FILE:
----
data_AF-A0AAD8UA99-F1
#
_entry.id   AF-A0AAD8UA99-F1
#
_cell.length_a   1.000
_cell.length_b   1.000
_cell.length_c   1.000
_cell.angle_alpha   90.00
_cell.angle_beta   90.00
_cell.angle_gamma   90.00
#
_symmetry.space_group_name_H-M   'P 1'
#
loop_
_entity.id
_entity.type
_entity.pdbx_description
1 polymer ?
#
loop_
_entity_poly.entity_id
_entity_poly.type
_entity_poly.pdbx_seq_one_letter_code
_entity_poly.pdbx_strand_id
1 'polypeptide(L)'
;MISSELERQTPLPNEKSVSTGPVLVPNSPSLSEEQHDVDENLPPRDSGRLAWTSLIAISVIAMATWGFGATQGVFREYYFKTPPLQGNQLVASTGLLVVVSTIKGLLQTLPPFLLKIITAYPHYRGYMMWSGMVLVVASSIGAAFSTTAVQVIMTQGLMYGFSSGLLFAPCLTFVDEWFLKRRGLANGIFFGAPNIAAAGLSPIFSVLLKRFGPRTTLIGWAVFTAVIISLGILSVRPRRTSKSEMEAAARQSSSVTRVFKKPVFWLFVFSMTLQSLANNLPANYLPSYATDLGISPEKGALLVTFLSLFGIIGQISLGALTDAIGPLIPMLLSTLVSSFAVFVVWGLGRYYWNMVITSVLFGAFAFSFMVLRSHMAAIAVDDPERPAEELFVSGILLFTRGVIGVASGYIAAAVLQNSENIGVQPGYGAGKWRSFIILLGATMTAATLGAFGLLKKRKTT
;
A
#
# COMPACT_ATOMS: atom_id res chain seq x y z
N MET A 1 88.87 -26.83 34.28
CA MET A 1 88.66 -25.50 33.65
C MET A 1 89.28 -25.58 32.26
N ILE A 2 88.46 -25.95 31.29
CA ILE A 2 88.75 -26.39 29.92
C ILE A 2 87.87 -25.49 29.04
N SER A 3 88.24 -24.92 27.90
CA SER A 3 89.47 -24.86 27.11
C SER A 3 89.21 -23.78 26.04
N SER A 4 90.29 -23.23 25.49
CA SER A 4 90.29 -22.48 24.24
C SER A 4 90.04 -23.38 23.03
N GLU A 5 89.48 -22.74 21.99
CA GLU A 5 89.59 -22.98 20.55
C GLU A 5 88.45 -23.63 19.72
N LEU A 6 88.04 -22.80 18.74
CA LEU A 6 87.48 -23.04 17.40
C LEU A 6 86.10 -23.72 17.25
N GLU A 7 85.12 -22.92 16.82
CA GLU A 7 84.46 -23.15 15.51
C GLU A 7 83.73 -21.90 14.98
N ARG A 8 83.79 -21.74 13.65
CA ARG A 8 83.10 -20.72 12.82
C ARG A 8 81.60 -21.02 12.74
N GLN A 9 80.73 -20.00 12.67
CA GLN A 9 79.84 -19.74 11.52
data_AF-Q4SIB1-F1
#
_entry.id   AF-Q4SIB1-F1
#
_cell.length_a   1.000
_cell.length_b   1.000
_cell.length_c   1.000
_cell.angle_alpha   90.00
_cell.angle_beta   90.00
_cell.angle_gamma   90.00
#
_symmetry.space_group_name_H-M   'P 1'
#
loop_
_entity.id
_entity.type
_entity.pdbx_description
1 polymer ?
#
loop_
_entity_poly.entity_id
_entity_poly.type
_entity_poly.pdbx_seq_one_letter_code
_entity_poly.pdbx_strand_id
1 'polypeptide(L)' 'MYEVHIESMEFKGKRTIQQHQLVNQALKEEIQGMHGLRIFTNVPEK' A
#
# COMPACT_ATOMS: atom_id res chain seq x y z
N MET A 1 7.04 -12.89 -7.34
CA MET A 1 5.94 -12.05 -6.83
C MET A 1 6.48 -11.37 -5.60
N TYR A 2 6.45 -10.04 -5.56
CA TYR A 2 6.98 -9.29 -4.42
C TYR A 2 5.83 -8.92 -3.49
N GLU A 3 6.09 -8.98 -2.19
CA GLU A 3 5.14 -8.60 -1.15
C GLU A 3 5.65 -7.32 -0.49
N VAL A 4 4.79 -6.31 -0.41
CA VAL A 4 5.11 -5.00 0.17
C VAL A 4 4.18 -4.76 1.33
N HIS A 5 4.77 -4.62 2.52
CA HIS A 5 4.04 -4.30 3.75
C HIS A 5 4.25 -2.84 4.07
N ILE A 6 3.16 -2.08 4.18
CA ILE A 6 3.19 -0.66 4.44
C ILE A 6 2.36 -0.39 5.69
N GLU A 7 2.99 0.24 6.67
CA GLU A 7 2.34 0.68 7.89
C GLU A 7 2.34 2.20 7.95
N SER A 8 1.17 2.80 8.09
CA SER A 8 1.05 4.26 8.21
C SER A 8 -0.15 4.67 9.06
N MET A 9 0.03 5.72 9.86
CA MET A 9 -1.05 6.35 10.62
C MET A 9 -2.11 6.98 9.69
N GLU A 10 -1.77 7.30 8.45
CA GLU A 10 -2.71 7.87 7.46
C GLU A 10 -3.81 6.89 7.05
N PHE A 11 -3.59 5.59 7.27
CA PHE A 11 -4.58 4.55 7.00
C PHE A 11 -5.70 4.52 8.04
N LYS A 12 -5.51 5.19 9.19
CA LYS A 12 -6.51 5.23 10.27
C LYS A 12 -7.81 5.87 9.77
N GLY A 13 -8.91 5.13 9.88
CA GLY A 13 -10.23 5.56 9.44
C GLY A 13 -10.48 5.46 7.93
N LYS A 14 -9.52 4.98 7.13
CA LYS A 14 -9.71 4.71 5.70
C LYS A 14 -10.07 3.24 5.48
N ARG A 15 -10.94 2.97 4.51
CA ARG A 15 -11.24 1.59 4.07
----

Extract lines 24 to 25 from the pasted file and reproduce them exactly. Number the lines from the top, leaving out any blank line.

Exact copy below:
_entity_poly.pdbx_strand_id
1 'polypeptide(L)'